Notice that it customized the email to the MOD Administrator account in the body of the email.

If I click on the URL (which points to the http://portal.prizesforall.com URL we highlighted earlier) I get sent to a website that looks like this.

 

Finally, if I click on the reporting area of the Attack Simulator, I can see who has clicked on the link and when.

 

 

Okay. But seriously…would you really have clicked on that URL?

Probably not.

So how do you make it a little more sophisticated?

Let’s create a more realistic attack.

In this attack we will use the Payroll Update template, which is very similar to what you might actually see in many corporate environments.  You can also create your own HTML email using your organization’s branding and formatting.

 

 

I’ll again target the MOD Administrator because he seems like a good target, since he’s the O365 global admin (and seems to be somewhat gullible).

In this situation though, instead of sending from what appears to be an external email address (prizes@prizesforall.com, used in the previous attack) I’m going to pose as someone the user might actually know. It could be the head of HR or Finance or the CEO. I’ll use the actual email address of that person so that it resolves correctly.

Notice that this templates uses a different phishing login server URL from the drop down. You’ll see why in a second.

In the Email body page, we’ve got a much more realistic looking email.

It should be noted, though, that if you make the email look ABSOLUTELY PERFECT and people click on the URL, what have they learned? It’s best to provide a clue in the email that a careful user would notice and recognize as a problem. Maybe send the official HR email from someone who isn’t actually in HR, or leave off a footer in the email that identifies it as an official HR email. Whatever it is, there should be something that you can use to train users to look out for.

So if you read the email template below carefully, you'll see some grammatical errors and misspellings that should be a "red flag" to a careful user.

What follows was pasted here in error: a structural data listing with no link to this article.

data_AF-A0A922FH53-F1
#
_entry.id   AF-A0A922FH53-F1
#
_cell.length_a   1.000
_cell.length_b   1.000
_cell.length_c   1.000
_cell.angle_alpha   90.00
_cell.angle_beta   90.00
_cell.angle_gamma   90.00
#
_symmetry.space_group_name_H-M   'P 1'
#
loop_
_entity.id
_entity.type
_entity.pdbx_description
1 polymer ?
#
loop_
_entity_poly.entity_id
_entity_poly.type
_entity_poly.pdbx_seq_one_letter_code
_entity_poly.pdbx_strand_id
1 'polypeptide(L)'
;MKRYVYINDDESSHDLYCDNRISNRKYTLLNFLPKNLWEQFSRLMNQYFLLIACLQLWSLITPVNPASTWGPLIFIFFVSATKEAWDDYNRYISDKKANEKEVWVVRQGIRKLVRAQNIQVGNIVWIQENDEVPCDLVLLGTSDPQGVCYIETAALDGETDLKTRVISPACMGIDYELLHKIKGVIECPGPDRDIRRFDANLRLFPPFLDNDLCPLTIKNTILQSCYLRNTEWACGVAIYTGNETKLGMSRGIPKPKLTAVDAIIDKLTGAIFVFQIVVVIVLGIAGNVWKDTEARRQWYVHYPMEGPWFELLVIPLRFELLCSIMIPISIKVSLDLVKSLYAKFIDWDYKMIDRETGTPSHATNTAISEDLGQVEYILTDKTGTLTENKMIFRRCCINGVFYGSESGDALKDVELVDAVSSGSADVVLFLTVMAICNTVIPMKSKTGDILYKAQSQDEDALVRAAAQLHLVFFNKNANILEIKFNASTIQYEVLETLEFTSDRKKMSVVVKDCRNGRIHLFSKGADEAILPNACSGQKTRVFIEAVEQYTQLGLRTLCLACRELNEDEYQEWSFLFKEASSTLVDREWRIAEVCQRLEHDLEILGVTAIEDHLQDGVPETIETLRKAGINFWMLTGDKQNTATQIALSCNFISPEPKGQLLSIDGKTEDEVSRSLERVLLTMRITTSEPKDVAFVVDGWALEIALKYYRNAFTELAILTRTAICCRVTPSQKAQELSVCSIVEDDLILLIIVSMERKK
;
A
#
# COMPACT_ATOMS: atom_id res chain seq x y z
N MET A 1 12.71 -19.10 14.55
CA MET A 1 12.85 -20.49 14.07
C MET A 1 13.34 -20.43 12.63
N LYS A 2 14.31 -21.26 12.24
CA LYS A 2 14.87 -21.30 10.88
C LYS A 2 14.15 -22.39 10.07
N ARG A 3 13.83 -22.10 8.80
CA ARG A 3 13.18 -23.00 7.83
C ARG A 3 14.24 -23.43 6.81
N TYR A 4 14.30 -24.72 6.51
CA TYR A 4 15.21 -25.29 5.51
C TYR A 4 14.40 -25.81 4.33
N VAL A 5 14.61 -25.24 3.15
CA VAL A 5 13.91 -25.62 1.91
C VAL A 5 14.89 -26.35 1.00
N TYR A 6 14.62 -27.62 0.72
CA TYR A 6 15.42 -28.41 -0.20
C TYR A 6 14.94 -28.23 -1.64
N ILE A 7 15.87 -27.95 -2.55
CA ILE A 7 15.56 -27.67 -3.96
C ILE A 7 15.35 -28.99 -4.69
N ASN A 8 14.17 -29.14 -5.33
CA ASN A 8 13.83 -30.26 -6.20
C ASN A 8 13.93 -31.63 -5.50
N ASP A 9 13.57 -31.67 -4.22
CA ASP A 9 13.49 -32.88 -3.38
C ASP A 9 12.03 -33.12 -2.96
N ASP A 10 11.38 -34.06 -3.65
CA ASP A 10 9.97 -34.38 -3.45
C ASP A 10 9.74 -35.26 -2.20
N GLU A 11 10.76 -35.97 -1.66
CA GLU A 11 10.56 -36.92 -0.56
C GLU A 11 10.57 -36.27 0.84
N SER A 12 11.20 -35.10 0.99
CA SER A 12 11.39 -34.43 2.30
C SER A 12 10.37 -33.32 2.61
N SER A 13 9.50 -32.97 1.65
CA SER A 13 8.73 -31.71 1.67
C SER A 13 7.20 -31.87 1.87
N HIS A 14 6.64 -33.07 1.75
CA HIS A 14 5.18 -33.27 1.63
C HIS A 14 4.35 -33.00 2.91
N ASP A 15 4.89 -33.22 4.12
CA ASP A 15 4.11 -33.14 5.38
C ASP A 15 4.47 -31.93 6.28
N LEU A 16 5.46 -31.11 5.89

Again, you Confirm the settings for the attack and the attack launches.

Going to the MOD Administrator’s mailbox….that’s much more realistic, wouldn’t you say?

 

 

When I click on the “Update Your Account Details” link, I get sent to this page, where I’m asked to provide a username and password, which of course, I dutifully provide:

 

 

Notice, however, that the URL at the top of the page is the portal.payrolltooling.com website - even thought the page itself looks like a Microsoft login page. Many attacks will mimic a "trusted site" to harvest credentials in this manner. When you're testing you can use any email address (legitimate or not) and any password for testing - it isn't actually authenticating anything.

Once I enter some credentials, I am directed to the page below, which lets me know I’ve been “spear phished” and provides some hints about identifying these kind of attacks in the future:

 

 

And finally, in the reporting, I see that my administrator was successfully spear phished.

 

The Value of Attack Simulations

This is all interesting (and a little bit fun) but what does it really teach us? The objective is that once we know what sort of attacks our users are vulnerable to (password or phishing are the two highlighted by this tool), then we can provide training to help enhance our security posture. Many of the ransomware attacks that are blanketing the news lately started as phishing campaigns.

If we can take steps to ensure that our users are better equipped to identify suspicious email, and help them select passwords that aren't easily compromised, we help improve the organization's security posture.

 

 

 

 

 

Comments (2)

  1. Kazzan says:

    Is the notification page available also in other languages?

    1. Hi Kazzan – I don’t believe it’s available in other languages yet, but you can create you own custom landing page using the language of your choice. It’s configured just below the “phishing login server URL” value on the “Configure email details” page.